"Disconcerting" is how the study's authors describe these findings. They write: "One would expect that the leaders would be sensitive to the risk management and liability issues by virtue of their positions of responsibility and that they would be attempting to serve as role models for members and prospective members. Clearly this is not the case insofar as drinking is concerned and stands in contrast to our hypotheses. In other words, the leaders are participating in setting norms of heavy drinking and behavioral loss of control."
Asked to explain the connection in the data between Greek life and drinking, Cashin said, "From the data we cannot say if it is the case that heavy drinkers are attracted to Greek life, or if Greek life promotes heavy drinking practices, or if it is some combination of both. However, common sense and observation would suggest that a combination of both factors is involved."
Based on their findings, the authors have advice for college and university administrators: "Prevention programming efforts targeting the leaders of fraternities and sororities would be advisable, and research examining the trickle-down effects of such programming for other organization members would be especially interesting," they write.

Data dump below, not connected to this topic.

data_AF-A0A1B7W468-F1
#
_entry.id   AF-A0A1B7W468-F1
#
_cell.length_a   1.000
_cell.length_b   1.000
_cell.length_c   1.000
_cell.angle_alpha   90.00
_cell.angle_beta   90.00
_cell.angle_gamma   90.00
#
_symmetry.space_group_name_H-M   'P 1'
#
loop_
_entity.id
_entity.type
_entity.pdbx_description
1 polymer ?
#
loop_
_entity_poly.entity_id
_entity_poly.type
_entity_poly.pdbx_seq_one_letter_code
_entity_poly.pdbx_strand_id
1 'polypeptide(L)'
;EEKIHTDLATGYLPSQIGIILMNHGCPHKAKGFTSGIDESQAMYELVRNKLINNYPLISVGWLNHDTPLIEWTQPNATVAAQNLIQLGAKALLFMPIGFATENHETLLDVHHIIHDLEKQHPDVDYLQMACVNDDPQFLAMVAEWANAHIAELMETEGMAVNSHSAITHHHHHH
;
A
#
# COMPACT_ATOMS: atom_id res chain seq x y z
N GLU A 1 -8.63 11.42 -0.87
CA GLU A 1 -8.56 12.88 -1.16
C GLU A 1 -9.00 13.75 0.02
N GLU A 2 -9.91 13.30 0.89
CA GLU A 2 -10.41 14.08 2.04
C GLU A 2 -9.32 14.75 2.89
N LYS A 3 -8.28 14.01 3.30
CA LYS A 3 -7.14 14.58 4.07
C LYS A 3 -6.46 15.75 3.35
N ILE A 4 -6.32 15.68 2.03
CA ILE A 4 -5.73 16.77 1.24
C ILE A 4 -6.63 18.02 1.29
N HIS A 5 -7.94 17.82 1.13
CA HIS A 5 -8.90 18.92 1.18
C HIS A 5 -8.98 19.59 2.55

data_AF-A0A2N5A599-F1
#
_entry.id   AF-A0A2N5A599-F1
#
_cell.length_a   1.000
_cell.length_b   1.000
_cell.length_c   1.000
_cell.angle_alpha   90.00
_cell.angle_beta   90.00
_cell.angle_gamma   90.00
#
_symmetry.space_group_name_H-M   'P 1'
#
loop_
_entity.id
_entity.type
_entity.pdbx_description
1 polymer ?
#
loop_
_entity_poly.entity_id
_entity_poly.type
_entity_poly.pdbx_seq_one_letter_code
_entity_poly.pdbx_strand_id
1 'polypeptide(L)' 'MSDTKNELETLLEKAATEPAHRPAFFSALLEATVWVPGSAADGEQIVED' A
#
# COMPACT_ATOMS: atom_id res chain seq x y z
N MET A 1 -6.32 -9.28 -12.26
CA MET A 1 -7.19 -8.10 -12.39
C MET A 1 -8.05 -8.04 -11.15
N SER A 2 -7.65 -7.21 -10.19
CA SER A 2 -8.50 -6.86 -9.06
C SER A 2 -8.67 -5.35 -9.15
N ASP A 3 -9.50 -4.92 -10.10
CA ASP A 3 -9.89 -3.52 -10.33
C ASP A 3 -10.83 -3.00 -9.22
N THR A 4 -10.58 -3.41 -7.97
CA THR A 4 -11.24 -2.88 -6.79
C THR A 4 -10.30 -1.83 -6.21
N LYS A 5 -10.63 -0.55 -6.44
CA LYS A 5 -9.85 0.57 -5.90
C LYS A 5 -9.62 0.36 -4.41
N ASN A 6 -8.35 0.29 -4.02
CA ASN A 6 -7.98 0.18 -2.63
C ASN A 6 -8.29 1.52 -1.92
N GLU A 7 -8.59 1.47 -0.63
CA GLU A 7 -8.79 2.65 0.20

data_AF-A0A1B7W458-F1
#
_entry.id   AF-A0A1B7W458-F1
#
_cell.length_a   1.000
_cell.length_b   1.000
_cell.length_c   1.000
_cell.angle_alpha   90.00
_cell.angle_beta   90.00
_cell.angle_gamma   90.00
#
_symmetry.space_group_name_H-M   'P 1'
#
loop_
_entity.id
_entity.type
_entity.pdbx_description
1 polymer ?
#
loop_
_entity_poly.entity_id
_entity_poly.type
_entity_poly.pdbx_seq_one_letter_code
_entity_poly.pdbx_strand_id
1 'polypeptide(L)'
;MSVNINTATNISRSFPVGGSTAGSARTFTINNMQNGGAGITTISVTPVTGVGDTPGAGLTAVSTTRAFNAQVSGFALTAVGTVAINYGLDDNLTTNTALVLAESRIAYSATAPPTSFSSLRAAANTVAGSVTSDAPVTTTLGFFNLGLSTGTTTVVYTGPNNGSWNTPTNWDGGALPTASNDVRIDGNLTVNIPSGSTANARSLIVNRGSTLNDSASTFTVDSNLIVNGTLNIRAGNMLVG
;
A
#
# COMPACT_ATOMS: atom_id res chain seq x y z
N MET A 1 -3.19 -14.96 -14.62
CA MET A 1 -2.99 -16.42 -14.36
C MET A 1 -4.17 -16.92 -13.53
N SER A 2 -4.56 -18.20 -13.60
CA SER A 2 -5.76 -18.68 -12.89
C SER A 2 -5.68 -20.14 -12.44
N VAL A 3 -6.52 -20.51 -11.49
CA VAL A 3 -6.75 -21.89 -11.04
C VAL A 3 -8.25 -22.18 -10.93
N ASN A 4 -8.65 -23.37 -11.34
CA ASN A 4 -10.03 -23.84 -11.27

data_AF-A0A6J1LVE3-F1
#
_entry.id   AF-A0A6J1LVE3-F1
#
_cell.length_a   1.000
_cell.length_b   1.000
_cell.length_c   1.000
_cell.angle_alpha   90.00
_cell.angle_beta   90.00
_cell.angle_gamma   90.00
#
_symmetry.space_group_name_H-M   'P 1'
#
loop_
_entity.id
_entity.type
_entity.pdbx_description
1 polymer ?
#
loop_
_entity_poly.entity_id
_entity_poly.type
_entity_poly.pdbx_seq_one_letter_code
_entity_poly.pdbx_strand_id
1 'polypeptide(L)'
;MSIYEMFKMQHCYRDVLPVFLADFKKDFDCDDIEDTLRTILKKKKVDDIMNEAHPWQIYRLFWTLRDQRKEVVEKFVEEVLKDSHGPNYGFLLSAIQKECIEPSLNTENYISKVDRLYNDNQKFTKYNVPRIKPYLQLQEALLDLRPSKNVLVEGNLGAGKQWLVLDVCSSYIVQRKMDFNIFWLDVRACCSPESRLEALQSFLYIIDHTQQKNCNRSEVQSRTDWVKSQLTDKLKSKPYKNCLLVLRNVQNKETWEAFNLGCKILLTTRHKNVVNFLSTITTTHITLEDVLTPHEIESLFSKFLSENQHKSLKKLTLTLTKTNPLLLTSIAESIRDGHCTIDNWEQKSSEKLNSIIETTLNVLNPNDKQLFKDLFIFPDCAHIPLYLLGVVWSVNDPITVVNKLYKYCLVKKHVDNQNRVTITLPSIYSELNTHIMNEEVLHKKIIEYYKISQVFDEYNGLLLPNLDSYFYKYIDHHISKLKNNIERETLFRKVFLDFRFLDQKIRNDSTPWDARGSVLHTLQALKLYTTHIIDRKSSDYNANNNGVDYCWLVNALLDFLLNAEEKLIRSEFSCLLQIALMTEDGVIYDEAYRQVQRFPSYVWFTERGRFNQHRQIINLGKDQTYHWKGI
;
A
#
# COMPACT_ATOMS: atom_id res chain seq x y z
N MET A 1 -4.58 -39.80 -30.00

In addition, Cashin, Presley and Meilman advocate further research into the belief systems of leaders to come to a better understanding of why they feel compelled to drink so excessively.
"It is important to have fraternity and sorority organizations as well as campus administrators and faculty talk together about these issues," Meilman said. "The findings are dramatic and the issues are too serious to ignore. These are real life concerns that everyone involved in campus life needs to attend to."